Prayer has always puzzled me, and I’m finally to the point where I can admit it openly. Perhaps I’ll write more about that some day, but all I care to mention at this point is that it isn’t for lack of study or effort. Over the years I’ve looked into many different approaches to prayer, tried them all at least tentatively, and read many different writers on the subject. They’ve taught me many different things—though not to pray, at least comfortably—and I’m always open to yet another possibility. So I was glad to learn that Stanley Hauerwas, a theologian and writer I much admire, had written a book about prayer, and I quickly ordered a copy.
Prayers Plainly Spoken isn’t the book I hoped it would be—which is fine, since no book on prayer I’ve read so far has been the book I hoped it would be, a strong indication that my hopes are misplaced. It turns out to be a set of prayers Hauerwas wrote and then prayed to open his classes on Christian ethics. I’m looking forward to studying them because they deliberately address God in plain, unpious language, and I’m hoping to more easily see the core of prayer without having to adjust for floweriness and pretense.
In his preface Hauerwas makes a penetrating observation about conventional approaches to prayer.
Notice, for example, how in spite of our best intentions our attention wanders when someone “drops” into the pious tones and set formulas we associate with saying a prayer. That we find it hard to listen, I suspect, is because the “holiness” associated with prayer makes the attitude of prayer more important than the words we way. All that matters is someone is praying. As a result, prayer becomes an emotive exercise that only confirms our anthropocentric needs.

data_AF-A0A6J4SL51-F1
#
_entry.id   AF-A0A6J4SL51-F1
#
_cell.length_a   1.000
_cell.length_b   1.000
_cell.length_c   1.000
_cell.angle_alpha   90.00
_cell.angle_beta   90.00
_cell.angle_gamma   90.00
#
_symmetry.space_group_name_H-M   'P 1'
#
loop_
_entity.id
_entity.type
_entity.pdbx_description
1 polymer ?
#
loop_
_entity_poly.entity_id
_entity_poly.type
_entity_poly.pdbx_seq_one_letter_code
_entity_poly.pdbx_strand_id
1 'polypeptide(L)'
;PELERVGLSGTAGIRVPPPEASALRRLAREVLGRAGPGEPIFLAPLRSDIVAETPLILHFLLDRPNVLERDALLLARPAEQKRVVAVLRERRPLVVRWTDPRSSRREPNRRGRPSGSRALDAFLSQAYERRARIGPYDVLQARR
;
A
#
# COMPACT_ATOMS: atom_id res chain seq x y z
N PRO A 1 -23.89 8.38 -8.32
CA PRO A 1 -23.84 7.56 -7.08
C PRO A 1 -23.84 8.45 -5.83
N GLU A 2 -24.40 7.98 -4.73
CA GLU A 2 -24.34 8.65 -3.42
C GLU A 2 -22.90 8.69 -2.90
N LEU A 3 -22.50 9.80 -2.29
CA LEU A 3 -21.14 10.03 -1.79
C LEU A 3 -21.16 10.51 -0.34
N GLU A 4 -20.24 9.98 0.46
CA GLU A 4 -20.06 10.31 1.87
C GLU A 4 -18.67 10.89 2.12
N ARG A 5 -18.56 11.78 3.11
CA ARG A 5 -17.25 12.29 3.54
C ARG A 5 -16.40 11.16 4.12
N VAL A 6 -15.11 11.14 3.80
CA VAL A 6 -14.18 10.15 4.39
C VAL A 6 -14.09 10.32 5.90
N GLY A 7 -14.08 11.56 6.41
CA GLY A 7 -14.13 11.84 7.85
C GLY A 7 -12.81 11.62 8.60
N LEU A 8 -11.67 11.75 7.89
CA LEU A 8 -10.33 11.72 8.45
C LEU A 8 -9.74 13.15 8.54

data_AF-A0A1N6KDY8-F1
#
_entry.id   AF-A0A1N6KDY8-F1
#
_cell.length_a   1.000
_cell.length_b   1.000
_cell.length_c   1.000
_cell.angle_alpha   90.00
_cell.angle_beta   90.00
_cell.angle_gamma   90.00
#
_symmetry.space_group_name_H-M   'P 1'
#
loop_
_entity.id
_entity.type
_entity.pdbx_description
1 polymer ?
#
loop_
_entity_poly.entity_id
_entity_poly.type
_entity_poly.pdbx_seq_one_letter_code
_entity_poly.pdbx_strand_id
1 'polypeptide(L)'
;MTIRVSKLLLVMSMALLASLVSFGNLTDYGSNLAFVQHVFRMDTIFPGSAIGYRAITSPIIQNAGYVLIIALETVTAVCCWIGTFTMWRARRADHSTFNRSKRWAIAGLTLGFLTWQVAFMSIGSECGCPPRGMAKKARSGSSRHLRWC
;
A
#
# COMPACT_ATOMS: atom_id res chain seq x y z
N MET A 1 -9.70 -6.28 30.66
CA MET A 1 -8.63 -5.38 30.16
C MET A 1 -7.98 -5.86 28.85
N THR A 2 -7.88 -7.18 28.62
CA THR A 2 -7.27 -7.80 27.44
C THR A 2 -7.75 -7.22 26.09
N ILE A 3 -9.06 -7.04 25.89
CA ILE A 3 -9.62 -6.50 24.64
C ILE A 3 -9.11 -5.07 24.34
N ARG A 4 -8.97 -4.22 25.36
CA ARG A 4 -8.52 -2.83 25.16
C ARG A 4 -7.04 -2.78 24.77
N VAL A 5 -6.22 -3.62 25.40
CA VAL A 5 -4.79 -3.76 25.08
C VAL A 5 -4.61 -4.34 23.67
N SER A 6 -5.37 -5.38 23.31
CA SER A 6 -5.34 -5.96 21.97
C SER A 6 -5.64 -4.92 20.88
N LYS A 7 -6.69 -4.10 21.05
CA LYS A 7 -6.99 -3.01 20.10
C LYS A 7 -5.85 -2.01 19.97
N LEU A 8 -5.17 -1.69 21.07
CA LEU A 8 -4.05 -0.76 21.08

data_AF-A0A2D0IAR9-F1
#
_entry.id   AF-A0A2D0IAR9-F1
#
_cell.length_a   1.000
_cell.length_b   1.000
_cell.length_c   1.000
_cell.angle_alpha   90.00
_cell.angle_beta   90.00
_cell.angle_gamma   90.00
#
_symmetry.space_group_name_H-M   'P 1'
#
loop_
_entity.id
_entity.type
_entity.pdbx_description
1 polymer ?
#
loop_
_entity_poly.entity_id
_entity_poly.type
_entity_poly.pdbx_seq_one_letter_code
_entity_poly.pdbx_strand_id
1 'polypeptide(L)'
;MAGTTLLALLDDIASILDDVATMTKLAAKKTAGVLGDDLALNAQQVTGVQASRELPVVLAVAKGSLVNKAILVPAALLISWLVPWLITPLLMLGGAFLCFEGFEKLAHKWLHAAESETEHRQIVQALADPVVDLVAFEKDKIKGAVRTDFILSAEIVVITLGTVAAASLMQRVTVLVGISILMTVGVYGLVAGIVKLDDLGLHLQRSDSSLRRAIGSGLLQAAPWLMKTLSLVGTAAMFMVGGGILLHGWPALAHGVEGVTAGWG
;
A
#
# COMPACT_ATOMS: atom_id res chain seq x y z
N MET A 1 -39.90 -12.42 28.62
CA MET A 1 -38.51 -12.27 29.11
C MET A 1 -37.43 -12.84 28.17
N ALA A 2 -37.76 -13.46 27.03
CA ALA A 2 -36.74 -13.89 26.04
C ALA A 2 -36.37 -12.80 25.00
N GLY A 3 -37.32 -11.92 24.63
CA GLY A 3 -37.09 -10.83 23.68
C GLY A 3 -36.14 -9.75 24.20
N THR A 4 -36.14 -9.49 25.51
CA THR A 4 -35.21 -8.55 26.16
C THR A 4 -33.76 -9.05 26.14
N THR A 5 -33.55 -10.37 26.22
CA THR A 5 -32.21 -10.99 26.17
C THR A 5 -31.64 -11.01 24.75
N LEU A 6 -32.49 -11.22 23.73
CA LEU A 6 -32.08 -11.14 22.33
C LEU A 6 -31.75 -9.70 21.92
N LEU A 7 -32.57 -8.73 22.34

Yup. I tend to tune out of spontaneous corporate prayer exactly because I expect it to be anything but the one thing it is meant to be, speaking to God. I’ve been preached to in prayers, heard sermons recapped, listened to recitations of poor health or difficult circumstances being endured by fellow parishioners, endured political opinions, been reminded of upcoming social events—but rarely overheard someone speaking to God in a natural manner, either individually or on behalf of the group. But I like to think it’s possible. Hauerwas offers the prayers in this book as examples of his own efforts to do exactly that, and so I’m looking forward to seeing exactly how he does that.